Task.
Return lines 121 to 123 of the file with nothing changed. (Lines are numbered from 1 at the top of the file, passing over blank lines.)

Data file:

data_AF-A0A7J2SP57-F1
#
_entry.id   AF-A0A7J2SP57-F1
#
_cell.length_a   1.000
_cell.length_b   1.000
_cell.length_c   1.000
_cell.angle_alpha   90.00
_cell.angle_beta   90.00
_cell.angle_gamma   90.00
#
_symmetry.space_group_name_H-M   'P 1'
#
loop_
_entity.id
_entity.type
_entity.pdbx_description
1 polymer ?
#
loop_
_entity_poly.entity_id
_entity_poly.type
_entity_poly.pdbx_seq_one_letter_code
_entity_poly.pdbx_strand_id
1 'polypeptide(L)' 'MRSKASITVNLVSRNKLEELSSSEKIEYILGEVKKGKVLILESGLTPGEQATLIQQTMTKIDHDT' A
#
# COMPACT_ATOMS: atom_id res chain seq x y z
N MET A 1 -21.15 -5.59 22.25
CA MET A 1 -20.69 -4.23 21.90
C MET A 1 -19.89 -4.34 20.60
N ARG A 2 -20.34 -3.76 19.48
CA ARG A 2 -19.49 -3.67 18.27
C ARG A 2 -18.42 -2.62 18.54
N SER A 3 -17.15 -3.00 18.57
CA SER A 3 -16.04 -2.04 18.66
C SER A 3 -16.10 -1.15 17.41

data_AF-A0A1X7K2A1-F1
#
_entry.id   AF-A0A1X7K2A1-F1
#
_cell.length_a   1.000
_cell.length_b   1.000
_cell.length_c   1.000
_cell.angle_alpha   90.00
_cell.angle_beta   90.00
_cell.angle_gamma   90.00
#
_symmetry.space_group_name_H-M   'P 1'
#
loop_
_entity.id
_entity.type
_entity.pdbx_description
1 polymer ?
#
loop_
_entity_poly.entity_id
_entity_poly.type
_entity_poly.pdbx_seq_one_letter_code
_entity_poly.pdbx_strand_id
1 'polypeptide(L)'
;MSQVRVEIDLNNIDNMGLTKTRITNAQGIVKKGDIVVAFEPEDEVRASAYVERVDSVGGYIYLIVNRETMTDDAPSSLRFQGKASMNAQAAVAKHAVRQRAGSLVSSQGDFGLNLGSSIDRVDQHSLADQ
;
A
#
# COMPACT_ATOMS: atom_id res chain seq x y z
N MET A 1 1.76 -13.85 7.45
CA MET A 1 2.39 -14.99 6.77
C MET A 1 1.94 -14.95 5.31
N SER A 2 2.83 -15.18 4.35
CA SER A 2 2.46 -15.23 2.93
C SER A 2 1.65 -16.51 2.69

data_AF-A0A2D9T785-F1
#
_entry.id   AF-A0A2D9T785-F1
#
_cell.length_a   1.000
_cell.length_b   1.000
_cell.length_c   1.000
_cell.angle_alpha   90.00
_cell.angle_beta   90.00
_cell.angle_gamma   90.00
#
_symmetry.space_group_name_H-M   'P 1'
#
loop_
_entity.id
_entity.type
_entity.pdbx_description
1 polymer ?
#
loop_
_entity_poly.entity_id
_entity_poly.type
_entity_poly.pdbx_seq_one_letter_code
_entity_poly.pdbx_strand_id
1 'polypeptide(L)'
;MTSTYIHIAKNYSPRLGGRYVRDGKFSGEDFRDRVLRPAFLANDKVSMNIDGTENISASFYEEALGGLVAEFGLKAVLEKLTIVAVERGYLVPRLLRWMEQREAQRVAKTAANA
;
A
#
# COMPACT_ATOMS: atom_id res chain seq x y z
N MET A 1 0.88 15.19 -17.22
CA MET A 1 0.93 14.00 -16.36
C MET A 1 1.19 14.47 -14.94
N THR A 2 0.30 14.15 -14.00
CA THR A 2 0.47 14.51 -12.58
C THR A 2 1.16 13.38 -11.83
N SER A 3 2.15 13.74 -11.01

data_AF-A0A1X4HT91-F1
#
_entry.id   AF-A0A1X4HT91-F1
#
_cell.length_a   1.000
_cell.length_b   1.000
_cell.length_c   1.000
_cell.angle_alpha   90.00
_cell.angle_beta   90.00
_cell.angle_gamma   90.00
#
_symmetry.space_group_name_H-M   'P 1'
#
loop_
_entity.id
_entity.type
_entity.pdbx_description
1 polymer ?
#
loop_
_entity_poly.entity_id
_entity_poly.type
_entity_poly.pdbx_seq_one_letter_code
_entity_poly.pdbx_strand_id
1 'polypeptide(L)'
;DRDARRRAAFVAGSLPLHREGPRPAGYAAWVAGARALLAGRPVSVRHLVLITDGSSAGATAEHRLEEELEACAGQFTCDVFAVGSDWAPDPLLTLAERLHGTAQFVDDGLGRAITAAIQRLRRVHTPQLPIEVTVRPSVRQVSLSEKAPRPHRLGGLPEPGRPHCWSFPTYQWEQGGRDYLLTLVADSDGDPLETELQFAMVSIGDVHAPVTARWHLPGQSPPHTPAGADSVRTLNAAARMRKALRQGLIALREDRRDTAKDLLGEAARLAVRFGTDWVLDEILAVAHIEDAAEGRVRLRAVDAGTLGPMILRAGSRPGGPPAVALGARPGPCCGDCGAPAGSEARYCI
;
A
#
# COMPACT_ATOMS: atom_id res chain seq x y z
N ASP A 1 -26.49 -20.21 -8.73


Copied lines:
_symmetry.space_group_name_H-M   'P 1'
#
loop_